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104 posts from September 2009

September 25, 2009

(School) Farm to School Cafeteria

Student farmerAmerica has been losing farmers for decades thanks to the tractor, fertilizer, and other hallmarks of industrial food production. But just as interest in farmers’ markets and community-supported agriculture (CSA) has grown in recent years, so too has student interest in local, organic agriculture. Many young people around the country are taking a second look at farm life. This year, almost 1,400 farms turned to young interns for help, almost three times as many as two years ago.

But the movement isn’t just taking place in remote pastures during summer months. Colleges such as Oberlin, Stanford, and many others have started their own on-campus farms and gardens where student volunteers can learn about small-scale agriculture. Some colleges offer course credit for work done on the farm and at least one, Washington State, offers an undergrad degree in Organic Agriculture.

So what do the students do with their harvest? The College of the Atlantic serves its student-raised produce in dining halls. And Bon Appetit Management Co., which provides food services for many campuses, offers a guide for student farmers interested in selling their produce to their school’s food-service provider.

--Kyle Boelte

Movie Review Friday: Ponyo

Escape to the movies with one of our Movie Review Friday selections. Each week we review a film with an environmental theme that's currently in theaters or available on DVD. Seen a good eco-flick lately? Send us a short review and look for it in the next Movie Review Friday.

Ponyo (2009)

In theaters now

Written and directed by Hayao Miyazaki, the creator of Princess Mononoke, Ponyo is an animated film about a magical goldfish who gets stuck in a piece of trash stirred up by a bottom-trawling fishing boat and is rescued by a little boy named Sosuke. After licking a cut on his finger, she becomes human and they fall in love.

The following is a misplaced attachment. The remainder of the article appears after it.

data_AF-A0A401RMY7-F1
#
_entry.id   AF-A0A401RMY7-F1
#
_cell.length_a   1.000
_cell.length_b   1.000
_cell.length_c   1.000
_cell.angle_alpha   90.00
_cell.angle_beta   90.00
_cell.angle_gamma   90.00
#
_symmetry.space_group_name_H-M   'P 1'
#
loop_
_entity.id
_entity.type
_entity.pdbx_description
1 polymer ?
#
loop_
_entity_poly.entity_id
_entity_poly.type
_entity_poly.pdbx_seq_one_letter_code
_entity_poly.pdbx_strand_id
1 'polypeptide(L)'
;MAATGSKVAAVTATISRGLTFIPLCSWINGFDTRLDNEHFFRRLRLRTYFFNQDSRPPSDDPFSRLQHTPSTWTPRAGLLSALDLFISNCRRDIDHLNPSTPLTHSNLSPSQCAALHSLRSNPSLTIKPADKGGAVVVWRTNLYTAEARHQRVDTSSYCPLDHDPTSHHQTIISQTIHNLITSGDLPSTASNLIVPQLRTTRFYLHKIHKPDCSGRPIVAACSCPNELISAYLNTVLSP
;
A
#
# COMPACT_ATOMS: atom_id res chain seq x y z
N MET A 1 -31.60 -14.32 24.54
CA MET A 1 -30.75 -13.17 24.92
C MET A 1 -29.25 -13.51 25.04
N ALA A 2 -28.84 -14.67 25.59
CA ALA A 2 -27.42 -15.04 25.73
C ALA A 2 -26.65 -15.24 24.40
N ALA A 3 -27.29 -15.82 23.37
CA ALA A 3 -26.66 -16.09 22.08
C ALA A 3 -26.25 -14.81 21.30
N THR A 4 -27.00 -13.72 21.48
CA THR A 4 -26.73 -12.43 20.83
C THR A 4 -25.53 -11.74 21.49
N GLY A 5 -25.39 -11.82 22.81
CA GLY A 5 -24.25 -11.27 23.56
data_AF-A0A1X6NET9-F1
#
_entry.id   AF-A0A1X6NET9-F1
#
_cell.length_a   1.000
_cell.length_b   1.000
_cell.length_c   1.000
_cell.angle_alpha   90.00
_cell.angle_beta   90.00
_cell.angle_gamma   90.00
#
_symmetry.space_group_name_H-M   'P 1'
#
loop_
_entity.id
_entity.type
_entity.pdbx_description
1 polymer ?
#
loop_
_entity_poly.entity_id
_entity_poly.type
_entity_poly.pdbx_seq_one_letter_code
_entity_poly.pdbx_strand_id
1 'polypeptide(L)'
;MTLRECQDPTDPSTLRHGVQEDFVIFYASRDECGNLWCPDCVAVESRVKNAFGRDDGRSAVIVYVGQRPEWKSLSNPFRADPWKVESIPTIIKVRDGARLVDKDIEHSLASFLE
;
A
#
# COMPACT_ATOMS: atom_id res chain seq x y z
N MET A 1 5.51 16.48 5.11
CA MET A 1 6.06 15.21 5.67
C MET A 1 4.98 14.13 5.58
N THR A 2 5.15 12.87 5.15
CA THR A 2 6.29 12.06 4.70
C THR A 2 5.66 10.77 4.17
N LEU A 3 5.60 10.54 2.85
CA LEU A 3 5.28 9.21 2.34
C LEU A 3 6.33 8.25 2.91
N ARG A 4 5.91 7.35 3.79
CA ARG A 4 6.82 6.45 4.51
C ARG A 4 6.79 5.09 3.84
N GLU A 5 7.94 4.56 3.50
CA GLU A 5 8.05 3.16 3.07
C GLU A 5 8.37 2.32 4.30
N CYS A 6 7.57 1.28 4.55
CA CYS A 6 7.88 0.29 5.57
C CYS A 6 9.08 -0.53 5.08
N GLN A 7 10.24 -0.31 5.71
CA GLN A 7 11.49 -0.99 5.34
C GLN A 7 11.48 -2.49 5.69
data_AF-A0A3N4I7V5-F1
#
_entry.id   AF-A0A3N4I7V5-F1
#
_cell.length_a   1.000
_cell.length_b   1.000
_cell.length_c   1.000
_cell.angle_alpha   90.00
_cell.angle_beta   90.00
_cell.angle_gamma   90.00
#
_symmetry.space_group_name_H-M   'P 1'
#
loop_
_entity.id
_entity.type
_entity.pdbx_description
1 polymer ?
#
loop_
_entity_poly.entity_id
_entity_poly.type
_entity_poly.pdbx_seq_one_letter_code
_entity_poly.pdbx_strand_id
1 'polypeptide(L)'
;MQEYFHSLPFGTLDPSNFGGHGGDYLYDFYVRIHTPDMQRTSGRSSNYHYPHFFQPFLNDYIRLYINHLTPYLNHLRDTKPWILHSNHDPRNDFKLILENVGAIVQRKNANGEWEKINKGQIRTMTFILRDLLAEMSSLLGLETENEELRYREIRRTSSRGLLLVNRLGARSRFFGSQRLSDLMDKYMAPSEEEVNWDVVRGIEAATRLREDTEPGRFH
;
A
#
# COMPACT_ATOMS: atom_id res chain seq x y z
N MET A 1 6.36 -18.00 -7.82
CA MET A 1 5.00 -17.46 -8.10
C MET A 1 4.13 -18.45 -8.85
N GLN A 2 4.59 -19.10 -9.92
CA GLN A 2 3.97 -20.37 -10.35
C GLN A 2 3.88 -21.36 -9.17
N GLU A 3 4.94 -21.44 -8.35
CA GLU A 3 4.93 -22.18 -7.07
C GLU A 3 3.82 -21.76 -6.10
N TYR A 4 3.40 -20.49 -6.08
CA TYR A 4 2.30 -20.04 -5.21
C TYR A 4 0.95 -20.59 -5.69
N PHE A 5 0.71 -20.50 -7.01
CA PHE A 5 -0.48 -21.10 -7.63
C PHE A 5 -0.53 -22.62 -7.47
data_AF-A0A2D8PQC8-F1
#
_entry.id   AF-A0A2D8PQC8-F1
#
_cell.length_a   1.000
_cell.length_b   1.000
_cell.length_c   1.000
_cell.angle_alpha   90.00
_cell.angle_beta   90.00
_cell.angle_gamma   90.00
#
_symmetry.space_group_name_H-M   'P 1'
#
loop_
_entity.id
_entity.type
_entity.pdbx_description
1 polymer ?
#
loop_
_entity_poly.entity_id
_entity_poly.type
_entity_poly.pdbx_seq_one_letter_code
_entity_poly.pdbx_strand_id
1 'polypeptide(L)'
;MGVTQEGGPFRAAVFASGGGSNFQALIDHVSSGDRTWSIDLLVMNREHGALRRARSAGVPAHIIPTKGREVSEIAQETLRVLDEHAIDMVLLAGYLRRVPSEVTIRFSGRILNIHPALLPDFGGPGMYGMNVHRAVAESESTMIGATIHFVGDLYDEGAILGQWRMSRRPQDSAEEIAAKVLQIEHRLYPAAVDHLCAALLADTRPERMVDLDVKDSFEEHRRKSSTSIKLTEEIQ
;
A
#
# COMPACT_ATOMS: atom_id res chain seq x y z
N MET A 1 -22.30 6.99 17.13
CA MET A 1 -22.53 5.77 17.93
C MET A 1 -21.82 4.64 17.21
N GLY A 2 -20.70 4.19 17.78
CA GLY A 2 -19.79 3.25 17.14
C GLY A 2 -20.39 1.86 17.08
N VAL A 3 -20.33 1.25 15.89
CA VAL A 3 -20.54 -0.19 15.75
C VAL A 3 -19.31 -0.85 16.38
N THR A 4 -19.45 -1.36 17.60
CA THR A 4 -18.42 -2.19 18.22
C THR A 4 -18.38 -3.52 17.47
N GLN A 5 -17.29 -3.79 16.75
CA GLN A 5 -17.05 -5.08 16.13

Ponyo’s transformation, however, creates an imbalance in the natural world – a violent storm rages, flooding Sosuke’s village and threatening his parents. The moon draws closer to Earth. Sosuke's and Ponyo’s love is tested as the fate of the planet hangs in balance.

Ponyo's environmental message is clear: The world's natural balance must be respected. The beauty of the ocean, teeming with life, is juxtaposed against pollution's ugliness. Ponyo’s grumpy wizard dad is repulsed by humans and their trash.

But the misanthropy ends there. Ultimately, the movie exudes a childlike cheerfulness by focusing on the relationship between Ponyo and Sosuke. The art is bright and bold, with wild images such as the one of Ponyo racing atop waves shaped like giant fish. For those who enjoy fairy tales with a green twist, Ponyo is a fun pick. 

 -- Année Tousseau

September 24, 2009

Daily Roundup: September 24, 2009

“U.N.”-Inspiring News: A U.N. report notes that increased greenhouse-gas concentrations have led to droughts, glacier melts, and ocean acidification faster than previously thought, putting more emphasis on December's Copenhagen summit. Reuters

Drink Up: Several space probes have found evidence of water molecules on the moon’s surface, convincing scientists that the moon isn't as dry as it's "cracked” up to be. NPR

It’s Business Time: Walmart suppliers need to catch up on the work to return the 15-question assessment form detailing their carbon footprint and ethical business practices by Oct. 1, the first phase of Walmart’s Sustainability Index. GreenBiz.com

Denver Disgust: Denver has the highest greenhouse-gas emissions, says a study about how global cities are influenced by a variety of factors including climate, transportation, waste processing, and population density. Science Daily